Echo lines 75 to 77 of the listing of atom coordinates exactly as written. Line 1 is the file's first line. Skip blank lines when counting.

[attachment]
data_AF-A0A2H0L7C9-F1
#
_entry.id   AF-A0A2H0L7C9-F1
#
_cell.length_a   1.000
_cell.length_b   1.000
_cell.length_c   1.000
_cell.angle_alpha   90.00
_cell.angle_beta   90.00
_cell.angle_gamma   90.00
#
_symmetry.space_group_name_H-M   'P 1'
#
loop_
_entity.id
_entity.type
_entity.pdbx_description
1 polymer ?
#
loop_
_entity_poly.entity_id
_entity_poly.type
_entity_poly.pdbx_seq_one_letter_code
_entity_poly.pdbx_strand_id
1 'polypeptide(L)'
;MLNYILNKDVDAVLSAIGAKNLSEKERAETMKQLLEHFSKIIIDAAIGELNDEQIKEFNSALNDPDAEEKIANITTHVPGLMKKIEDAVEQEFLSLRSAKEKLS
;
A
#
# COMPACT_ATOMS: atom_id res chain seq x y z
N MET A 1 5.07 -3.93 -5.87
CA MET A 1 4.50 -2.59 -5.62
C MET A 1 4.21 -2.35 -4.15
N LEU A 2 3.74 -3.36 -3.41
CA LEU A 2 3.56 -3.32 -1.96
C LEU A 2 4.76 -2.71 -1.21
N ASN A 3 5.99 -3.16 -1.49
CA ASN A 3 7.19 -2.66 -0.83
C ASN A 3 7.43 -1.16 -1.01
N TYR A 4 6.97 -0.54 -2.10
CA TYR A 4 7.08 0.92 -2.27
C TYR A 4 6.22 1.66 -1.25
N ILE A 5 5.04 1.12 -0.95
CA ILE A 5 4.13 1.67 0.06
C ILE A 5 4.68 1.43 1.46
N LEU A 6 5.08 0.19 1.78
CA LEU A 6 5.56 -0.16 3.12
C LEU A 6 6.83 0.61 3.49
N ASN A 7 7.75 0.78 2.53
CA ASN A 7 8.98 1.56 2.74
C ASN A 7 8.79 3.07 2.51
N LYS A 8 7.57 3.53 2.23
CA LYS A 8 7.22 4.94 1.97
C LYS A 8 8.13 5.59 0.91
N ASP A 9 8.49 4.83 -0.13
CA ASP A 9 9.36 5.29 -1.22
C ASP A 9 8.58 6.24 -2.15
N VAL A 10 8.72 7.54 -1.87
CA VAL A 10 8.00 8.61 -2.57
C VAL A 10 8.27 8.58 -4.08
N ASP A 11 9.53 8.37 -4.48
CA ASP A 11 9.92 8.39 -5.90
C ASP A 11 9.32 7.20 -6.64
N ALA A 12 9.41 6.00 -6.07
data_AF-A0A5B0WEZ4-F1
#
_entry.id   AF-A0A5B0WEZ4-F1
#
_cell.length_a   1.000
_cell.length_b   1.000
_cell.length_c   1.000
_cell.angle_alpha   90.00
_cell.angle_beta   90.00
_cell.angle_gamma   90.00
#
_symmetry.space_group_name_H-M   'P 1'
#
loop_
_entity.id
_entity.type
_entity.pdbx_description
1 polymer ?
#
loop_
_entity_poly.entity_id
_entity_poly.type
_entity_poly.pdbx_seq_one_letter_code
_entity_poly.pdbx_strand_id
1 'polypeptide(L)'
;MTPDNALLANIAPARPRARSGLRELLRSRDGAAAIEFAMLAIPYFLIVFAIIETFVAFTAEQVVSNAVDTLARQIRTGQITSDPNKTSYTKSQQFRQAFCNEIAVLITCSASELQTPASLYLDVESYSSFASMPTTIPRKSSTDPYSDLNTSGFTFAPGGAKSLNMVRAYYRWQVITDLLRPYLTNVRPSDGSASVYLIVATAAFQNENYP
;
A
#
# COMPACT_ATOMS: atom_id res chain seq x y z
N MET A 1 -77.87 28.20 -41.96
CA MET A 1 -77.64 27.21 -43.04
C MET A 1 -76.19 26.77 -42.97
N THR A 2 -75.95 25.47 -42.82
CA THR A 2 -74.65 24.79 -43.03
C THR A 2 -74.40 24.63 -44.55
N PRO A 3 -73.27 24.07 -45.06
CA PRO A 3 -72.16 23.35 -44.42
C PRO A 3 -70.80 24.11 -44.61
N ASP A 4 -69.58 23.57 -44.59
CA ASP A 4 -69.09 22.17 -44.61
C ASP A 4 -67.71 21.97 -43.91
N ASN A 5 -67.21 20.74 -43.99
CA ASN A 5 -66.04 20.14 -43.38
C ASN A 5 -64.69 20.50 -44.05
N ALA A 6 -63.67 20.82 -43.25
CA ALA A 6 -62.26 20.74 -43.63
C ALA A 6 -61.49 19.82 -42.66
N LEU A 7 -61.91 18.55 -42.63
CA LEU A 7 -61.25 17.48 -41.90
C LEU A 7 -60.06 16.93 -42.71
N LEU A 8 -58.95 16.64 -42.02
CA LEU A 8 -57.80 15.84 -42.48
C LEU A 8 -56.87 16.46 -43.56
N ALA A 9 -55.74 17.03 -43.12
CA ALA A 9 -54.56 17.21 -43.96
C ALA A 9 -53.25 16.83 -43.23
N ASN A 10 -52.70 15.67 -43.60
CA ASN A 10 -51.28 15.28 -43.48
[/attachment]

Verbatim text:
#
_symmetry.space_group_name_H-M   'P 1'
#